Categories: Cosmology

Astronomy Without A Telescope – Assumptions


The current standard model of the universe, Lambda-Cold Dark Matter, assumes that the universe is expanding in accordance with the geometrical term Lambda – which represents the cosmological constant used in Einstein’s general relativity. Lambda might be assumed to represent dark energy, a mysterious force driving what we now know to be an accelerating expansion of space-time. Cold dark matter is then assumed to be the scaffolding that underlies the distribution of visible matter at a large scale across the universe.

But to make any reasonable attempt at modelling how the universe is – and how it unfolded in the past and will unfold in the future – we first have to assume that it is roughly the same everywhere.

This is sometimes called the Cosmological Principle which states that when viewed on a sufficiently large scale, the properties of the Universe are the same for all observers. This captures two concepts – that of isotropy, which means that the universe looks roughly the same anywhere you (that is you) look – and homogeneity, which means the properties of the universe look roughly the same for any observers anywhere they are and wherever they look. Homogeneity is not something we can expect to ever confirm by observation – so we must assume that the part of the universe we can directly observe is a fair and representative sample of the rest of the universe.

An assessment of isotropy is at least theoretically possible down our past light-cone. In other words, we look out into the universe and receive historical information about how it behaved in the past. We then assume that those parts of the universe we can observe have continued to behave in a consistent and predictable manner up until the present – even though we can’t confirm whether this is true until more time has passed. But anything outside our light cone is not something we can expect to ever know about and hence we can only ever assume the universe is homogenous throughout.

You occupy a position in space-time from which a proportion of the universe can be observed in your past light cone. You can also shine a torch beam forwards towards a proportion of the future universe - knowing that one day that light beam can reach an object that lies in your future light cone. However, you can never know about anything happening right now at a distant position in space - because it lies on the 'hypersurface of the present'. Credit: Aainsqatsi.

Maartens has a go a developing at developing an argument as to why it might be reasonable for us to assume that the universe is homogenous. Essentially, if the universe we can observe shows a consistent level of isotropy over time, this strongly suggests that our bit of the universe has unfolded in a manner consistent with it being a part of a homogenous universe.

The isotropy of the observable universe can be strongly implied if you look out in any direction and find:
• consistent matter distribution;
• consistent bulk velocities of galaxies and galactic clusters moving away from us via universal expansion.
• consistent measurements of angular diameter distance (where objects of the same absolute size look smaller at a greater distance – until a distance of redshift 1.5, when they start looking larger – see here); and
• consistent gravitational lensing by large scale objects like galactic clusters.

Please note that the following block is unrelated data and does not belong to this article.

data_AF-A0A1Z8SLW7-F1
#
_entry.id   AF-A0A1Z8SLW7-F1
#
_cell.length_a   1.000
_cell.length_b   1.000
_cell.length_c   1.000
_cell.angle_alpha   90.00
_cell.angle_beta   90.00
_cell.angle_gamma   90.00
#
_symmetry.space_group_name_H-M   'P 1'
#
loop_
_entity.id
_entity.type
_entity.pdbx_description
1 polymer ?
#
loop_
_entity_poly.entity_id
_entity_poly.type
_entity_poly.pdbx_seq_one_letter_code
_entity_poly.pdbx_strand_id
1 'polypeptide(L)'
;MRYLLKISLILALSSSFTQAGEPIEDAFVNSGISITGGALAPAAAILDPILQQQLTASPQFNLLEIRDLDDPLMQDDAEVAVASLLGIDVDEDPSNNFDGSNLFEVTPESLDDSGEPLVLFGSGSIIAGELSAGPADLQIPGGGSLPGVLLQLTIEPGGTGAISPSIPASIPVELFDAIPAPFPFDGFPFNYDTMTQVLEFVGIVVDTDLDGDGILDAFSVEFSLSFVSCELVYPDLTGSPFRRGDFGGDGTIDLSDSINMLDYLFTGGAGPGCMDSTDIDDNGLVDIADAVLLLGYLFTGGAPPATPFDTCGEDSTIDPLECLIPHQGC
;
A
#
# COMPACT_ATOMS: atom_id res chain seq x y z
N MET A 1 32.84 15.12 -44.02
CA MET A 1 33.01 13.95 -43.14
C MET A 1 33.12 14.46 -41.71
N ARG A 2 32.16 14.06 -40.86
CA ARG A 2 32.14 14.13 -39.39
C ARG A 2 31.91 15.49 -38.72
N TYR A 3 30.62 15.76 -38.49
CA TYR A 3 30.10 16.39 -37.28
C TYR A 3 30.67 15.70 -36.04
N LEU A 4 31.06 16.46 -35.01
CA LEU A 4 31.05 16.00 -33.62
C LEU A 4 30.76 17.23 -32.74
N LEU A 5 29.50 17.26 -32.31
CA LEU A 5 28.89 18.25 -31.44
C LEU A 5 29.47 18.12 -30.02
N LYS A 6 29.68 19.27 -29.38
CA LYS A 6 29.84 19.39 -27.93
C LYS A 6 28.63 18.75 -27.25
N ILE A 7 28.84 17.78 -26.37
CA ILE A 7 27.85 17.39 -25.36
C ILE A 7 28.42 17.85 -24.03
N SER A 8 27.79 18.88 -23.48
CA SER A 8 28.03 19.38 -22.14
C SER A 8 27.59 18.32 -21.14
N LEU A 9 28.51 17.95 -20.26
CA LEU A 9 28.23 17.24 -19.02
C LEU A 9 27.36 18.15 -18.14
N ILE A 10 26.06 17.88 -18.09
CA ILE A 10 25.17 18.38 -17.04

These observations support the assumption that both matter distribution and the underlying space-time geometry of the observable universe is isotropic. If this isotropy is true for all observers then the universe is consistent with the Friedmann–Lemaître–Robertson–Walker (FLRW) metric. This would mean it is homogenous, isotropic and connected – so you can travel anywhere (simply connected) – or it might have wormholes (multiply connected) so not only can you travel anywhere, but there are short cuts.

That the observable universe has always been isotropic – and is likely to continue being so into the future – is strongly supported by observations of the cosmic microwave background, which is isotropic down to a fine scale. If this same isotropy is visible to all observers – then it is likely that the universe has, is and will always be homogenous as well.

Finally, Maartens appeals to the Copernican Principle – which says that not only are we not the center of the universe, but our position is largely arbitrary. In other words, the part of the universe we can observe may well be a fair and representative sample of the wider universe.

Further reading: Maartens Is the universe homogenous?

Steve Nerlich

Steve Nerlich is a very amateur Australian astronomer, publisher of the Cheap Astronomy website and the weekly Cheap Astronomy Podcasts and one of the team of volunteer explainers at Canberra Deep Space Communications Complex - part of NASA's Deep Space Network.

Recent Posts

Hypervelocity Stars Teach us About Black Holes and Supernovae

A new study shows how hypervelocity stars could teach us more about the most powerful…

20 hours ago

The Discovery of a Hot Neptune that Shouldn’t Exist

1800 light-years away, an unlikely survivor orbits an aged star. This rare planet is called…

1 day ago

Fly Around Jezero Crater on Mars in This New Video

There’s a reason Jezero Crater was chosen as the landing site for the Perseverance Rover:…

1 day ago

Did Supernovae Help Push Life to Become More Diverse?

Life on Earth has been around for a long time—at least 3.8 billion years. During…

2 days ago

Another Look at the Aftermath of DART's Impact Into Dimorphos

When the DART spacecraft slammed into asteroid Dimorphos on September 26, 2022, telescopes worldwide (and…

2 days ago

A New Mission Will Search for Habitable Planets at Alpha Centauri

The TOLIMAN space telescope will search for exoplanets next door, and has contracted with EnduroSat…

3 days ago